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On April 7, 2021, the province of Ontario declared a state of emergency in response to the COVID-19 pandemic for the third time, and announced that it would issue another province-wide stay-at-home order and implement various new and revised measures to help curb the transmission of COVID-19.

The emergency was declared under the Emergency Management and Civil Protection Act, and will remain in effect for 14 days, until April 21, 2021, unless it is extended.  Additionally, the government has amended regulations under the Reopening Ontario (A Flexible Response to COVID-19) Act, 2020 [ROA] in order to implement more stringent public health measures and restrictions than those introduced by the previous province-wide emergency brake shutdown.

Key aspects of these new developments are set out below.

Stay-at-Home Order

The stay-at-home order came into effect on April 8, 2021 at 12:01 a.m. and requires Ontarians to remain at home, with exceptions for certain permitted purposes or activities, including but not limited to:

  • obtaining certain goods and services (e.g., going to the grocery store or pharmacy, and accessing healthcare);
  • providing assistance to an individual who requires it;
  • exercising outdoors;
  • travelling to another residence (subject to certain conditions);
  • attending a wedding, funeral, or religious ceremony that is permitted by law;
  • attending school or child care; and
  • working where the work cannot be done remotely, including where the employer has determined that the nature of the individual’s work requires them to attend the workplace (a full list of the activities permitted under the stay-at-home order can be found here).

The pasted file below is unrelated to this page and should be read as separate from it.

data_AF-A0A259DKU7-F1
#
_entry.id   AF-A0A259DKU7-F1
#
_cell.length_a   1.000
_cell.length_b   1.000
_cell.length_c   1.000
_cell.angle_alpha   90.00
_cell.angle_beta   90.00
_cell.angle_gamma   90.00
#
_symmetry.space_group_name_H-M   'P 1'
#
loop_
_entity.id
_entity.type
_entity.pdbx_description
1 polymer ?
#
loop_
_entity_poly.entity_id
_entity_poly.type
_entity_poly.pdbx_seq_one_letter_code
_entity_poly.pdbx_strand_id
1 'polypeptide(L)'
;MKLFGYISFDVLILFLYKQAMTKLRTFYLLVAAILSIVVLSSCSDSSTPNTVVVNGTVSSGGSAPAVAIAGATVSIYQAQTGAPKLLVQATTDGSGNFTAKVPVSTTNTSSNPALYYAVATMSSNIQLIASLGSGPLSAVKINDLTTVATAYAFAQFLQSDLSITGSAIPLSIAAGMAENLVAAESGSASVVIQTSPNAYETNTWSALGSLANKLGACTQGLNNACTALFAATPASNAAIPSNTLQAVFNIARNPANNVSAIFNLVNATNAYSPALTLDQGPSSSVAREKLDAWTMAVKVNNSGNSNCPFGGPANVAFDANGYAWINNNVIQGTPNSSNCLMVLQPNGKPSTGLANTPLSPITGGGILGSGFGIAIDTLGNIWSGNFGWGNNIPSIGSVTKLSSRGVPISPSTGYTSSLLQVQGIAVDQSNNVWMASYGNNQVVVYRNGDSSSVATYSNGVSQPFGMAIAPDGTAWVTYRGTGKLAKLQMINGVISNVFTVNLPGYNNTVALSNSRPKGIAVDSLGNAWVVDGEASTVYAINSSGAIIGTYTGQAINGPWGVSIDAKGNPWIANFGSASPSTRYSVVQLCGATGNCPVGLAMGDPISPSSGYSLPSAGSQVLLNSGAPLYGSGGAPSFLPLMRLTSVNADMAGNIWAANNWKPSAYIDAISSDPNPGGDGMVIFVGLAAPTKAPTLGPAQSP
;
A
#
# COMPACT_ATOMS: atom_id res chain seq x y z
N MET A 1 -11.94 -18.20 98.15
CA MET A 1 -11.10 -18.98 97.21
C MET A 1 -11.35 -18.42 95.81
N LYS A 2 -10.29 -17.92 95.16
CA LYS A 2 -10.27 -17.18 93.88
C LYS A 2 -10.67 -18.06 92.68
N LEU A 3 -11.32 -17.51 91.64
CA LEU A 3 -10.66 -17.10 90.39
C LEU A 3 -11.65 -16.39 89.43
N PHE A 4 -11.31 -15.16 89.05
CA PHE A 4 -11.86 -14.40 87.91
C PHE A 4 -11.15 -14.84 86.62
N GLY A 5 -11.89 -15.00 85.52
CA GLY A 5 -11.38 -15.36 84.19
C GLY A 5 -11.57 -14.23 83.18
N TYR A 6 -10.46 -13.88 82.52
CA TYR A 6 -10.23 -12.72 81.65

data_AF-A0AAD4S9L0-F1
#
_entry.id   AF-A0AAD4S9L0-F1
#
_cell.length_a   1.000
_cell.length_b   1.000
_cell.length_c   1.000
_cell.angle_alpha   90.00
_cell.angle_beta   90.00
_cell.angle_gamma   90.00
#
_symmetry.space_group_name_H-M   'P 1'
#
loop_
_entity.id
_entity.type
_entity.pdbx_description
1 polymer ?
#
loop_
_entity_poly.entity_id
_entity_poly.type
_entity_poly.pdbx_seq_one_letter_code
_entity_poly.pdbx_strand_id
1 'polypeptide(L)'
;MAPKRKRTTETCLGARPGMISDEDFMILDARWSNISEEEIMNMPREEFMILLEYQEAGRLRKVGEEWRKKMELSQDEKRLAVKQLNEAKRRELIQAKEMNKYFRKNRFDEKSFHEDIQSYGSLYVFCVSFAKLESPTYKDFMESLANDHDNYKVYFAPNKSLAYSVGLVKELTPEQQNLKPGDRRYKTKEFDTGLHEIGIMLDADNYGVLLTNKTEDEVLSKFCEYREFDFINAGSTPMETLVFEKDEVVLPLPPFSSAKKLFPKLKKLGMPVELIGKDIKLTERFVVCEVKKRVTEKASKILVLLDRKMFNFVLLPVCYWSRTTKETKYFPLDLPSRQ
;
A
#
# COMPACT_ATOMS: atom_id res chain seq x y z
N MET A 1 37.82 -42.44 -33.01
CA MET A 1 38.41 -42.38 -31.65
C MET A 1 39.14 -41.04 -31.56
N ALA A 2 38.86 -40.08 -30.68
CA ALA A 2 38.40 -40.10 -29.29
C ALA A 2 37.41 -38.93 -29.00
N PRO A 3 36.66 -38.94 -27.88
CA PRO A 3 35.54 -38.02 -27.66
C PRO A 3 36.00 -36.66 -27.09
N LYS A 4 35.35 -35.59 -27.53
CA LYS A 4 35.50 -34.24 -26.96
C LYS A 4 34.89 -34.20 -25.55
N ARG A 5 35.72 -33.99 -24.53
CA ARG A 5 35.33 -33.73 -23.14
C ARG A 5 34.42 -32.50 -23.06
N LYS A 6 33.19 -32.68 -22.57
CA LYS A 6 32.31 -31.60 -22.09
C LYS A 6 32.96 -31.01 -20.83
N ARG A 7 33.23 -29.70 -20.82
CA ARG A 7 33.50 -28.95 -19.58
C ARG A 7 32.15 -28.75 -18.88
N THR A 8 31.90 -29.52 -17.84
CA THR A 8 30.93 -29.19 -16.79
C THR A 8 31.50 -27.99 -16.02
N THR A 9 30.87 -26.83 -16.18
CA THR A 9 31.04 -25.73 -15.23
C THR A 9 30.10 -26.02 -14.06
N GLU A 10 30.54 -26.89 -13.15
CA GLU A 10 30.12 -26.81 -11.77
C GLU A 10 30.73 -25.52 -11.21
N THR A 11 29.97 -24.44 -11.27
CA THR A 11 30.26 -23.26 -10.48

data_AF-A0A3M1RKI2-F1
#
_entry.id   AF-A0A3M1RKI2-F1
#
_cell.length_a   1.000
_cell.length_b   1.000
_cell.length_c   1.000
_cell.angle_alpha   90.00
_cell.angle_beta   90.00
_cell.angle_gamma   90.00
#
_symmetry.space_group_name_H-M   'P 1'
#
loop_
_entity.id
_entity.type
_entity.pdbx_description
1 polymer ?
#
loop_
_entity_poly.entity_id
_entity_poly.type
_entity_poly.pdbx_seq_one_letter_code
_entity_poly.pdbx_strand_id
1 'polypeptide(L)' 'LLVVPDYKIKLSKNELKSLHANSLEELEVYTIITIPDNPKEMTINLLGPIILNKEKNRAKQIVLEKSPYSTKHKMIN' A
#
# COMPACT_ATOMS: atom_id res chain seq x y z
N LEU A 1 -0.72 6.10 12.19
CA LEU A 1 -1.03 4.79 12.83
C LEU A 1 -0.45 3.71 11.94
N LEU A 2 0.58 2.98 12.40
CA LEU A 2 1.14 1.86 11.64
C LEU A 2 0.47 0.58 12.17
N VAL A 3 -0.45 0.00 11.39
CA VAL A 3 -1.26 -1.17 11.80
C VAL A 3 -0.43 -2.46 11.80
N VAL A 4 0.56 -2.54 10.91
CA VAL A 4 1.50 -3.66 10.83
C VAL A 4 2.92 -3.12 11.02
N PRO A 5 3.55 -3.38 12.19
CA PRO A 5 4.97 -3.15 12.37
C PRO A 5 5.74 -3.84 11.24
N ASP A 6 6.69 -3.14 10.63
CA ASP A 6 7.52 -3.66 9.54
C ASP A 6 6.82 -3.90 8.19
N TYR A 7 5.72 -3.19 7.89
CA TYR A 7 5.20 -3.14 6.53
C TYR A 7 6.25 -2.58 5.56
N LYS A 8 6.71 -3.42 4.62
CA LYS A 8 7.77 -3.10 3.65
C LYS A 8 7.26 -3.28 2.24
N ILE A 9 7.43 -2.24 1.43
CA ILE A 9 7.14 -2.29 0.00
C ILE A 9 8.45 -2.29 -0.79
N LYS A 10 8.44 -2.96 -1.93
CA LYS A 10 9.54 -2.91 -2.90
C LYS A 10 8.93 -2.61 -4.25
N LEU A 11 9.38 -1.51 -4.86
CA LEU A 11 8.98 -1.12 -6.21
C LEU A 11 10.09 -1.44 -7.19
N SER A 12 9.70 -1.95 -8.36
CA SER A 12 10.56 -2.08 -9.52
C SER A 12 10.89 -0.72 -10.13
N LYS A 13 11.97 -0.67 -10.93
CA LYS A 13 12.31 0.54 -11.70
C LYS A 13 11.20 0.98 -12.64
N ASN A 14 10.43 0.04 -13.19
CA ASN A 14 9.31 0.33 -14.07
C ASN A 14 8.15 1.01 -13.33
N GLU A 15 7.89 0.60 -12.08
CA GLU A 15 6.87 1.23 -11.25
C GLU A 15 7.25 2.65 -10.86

Although the applicable legislation provides that the stay-at-home order will remain in effect for 14 days, until April 21, 2021, unless it is extended, the government has stated that it intends for the stay-at-home order to remain in effect for at least 28 days, until May 5, 2021, unless it is extended.

Revised Public Health Measures and Restrictions

On April 8, 2021, new public health measures and restrictions came into effect across the province under the ROA. Notably, all employers are still required under the ROA to ensure that any employees who are able to work from home do so, subject to very limited exceptions. Moreover, there are new restrictions impacting retailers beyond those previously announced under the province-wide emergency brake shutdown.


Under the new public health measures and restrictions, most non-essential retailers may only open between 7 a.m. to 8 p.m., for curb-side pick-up and delivery, by appointment only, with delivery to customers allowed only between 6:00 a.m. and 9 p.m. Other new restrictions impacting specific types of retailers include, but are not limited to, the following:

  • Discount and big-box stores: In-person shopping for discount and big box stores will be limited to grocery items, pet care supplies, household cleaning supplies, pharmaceutical items, health care items, and personal care items only;
  • Shopping malls: Shopping malls may only open for access to grocery stores, pharmacies, health care services, government and court services, and picking up purchases from designated pickup areas;
  • Other retailers that may open for in-store shopping by appointment only: The following stores may operate for in-person retail by appointment only, subject to a 25% capacity limit and hours of operation limited to 7 a.m. and 8 p.m., with the delivery of goods to patrons permitted only between 6 a.m. and 9 p.m.: